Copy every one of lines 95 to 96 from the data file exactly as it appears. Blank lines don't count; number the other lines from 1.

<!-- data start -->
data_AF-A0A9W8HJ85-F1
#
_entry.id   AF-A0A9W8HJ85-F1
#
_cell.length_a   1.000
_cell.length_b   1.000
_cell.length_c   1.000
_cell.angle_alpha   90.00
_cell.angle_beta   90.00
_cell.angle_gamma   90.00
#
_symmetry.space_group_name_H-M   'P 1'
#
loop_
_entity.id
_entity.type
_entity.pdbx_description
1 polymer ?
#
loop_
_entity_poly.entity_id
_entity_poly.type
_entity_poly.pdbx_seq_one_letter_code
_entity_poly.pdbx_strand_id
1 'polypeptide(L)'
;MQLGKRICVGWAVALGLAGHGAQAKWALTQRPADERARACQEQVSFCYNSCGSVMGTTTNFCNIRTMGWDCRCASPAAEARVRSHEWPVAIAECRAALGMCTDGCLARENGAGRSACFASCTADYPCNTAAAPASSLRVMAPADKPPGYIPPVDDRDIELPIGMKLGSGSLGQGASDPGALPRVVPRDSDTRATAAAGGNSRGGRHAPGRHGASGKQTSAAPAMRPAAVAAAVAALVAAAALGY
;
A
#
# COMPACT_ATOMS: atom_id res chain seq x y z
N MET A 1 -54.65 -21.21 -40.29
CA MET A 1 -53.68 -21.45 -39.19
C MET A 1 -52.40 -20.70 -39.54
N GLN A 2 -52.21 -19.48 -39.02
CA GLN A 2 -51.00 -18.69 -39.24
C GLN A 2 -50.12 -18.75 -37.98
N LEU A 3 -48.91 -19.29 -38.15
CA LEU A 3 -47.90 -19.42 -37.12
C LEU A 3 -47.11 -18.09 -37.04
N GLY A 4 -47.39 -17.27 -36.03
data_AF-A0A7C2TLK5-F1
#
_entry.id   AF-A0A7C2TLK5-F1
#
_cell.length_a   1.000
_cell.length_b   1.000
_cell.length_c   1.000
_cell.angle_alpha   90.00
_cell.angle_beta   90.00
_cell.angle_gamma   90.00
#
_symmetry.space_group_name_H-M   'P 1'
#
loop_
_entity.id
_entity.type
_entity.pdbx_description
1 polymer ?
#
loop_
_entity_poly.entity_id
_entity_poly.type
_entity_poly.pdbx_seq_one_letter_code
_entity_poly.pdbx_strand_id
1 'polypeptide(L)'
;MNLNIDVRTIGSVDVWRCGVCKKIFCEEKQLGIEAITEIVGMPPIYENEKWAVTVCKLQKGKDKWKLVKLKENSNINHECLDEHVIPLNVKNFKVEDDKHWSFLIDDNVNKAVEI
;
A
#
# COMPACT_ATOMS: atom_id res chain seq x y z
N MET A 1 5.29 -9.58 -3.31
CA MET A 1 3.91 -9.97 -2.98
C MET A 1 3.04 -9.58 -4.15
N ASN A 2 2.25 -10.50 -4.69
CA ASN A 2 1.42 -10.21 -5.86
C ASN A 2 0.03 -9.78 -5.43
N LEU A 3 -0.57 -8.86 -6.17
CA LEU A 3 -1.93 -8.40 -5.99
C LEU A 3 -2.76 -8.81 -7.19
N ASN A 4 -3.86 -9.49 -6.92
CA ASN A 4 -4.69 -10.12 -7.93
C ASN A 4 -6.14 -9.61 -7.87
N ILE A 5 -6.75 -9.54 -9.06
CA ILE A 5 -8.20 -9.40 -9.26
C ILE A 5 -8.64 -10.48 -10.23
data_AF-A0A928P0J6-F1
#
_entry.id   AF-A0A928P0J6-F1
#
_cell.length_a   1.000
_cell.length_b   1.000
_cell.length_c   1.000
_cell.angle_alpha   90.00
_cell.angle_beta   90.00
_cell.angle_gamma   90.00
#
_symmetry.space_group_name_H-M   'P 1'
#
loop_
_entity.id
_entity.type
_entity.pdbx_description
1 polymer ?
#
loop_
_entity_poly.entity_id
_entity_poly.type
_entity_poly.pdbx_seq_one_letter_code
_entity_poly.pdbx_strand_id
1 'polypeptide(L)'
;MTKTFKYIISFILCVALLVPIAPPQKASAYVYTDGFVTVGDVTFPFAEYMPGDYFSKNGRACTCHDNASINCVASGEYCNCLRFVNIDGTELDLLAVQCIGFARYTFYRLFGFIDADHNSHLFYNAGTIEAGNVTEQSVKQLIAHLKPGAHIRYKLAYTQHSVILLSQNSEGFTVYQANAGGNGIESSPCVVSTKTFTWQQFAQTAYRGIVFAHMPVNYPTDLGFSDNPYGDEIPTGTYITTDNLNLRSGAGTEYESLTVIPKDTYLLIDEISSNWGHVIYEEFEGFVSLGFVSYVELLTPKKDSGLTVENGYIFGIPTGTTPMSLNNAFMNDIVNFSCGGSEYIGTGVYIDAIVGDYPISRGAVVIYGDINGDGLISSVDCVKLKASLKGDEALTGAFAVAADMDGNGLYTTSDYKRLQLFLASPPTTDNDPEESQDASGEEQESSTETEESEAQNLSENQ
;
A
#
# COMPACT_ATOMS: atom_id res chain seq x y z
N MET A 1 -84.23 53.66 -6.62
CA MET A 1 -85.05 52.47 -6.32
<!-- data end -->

_cell.angle_gamma   90.00
#